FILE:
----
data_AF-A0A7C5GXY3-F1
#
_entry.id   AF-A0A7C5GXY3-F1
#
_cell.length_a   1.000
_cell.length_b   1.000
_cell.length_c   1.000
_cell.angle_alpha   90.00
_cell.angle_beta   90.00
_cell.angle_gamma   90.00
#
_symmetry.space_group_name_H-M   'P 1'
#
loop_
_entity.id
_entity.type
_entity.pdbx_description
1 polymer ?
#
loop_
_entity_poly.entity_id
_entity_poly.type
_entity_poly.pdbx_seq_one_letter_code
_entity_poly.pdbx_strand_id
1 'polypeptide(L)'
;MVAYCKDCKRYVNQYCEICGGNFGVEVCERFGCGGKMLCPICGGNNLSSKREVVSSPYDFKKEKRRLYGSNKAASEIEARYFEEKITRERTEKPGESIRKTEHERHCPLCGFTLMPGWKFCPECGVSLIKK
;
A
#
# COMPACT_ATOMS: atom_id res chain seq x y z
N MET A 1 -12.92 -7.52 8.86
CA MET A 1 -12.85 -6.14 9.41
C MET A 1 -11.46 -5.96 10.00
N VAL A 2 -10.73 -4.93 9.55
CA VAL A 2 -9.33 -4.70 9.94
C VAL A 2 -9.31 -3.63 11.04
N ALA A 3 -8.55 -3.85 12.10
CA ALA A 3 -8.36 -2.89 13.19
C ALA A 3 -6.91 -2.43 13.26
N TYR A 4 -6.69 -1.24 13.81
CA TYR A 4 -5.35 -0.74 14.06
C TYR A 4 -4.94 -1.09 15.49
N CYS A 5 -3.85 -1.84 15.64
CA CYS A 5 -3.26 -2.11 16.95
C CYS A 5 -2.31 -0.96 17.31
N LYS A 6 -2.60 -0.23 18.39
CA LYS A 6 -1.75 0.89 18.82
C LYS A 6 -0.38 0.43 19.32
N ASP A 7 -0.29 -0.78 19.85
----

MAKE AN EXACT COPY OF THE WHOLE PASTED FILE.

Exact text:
data_AF-A0A7C5GXY3-F1
#
_entry.id   AF-A0A7C5GXY3-F1
#
_cell.length_a   1.000
_cell.length_b   1.000
_cell.length_c   1.000
_cell.angle_alpha   90.00
_cell.angle_beta   90.00
_cell.angle_gamma   90.00
#
_symmetry.space_group_name_H-M   'P 1'
#
loop_
_entity.id
_entity.type
_entity.pdbx_description
1 polymer ?
#
loop_
_entity_poly.entity_id
_entity_poly.type
_entity_poly.pdbx_seq_one_letter_code
_entity_poly.pdbx_strand_id
1 'polypeptide(L)'
;MVAYCKDCKRYVNQYCEICGGNFGVEVCERFGCGGKMLCPICGGNNLSSKREVVSSPYDFKKEKRRLYGSNKAASEIEARYFEEKITRERTEKPGESIRKTEHERHCPLCGFTLMPGWKFCPECGVSLIKK
;
A
#
# COMPACT_ATOMS: atom_id res chain seq x y z
N MET A 1 -12.92 -7.52 8.86
CA MET A 1 -12.85 -6.14 9.41
C MET A 1 -11.46 -5.96 10.00
N VAL A 2 -10.73 -4.93 9.55
CA VAL A 2 -9.33 -4.70 9.94
C VAL A 2 -9.31 -3.63 11.04
N ALA A 3 -8.55 -3.85 12.10
CA ALA A 3 -8.36 -2.89 13.19
C ALA A 3 -6.91 -2.43 13.26
N TYR A 4 -6.69 -1.24 13.81
CA TYR A 4 -5.35 -0.74 14.06
C TYR A 4 -4.94 -1.09 15.49
N CYS A 5 -3.85 -1.84 15.64
CA CYS A 5 -3.26 -2.11 16.95
C CYS A 5 -2.31 -0.96 17.31
N LYS A 6 -2.60 -0.23 18.39
CA LYS A 6 -1.75 0.89 18.82
C LYS A 6 -0.38 0.43 19.32
N ASP A 7 -0.29 -0.78 19.85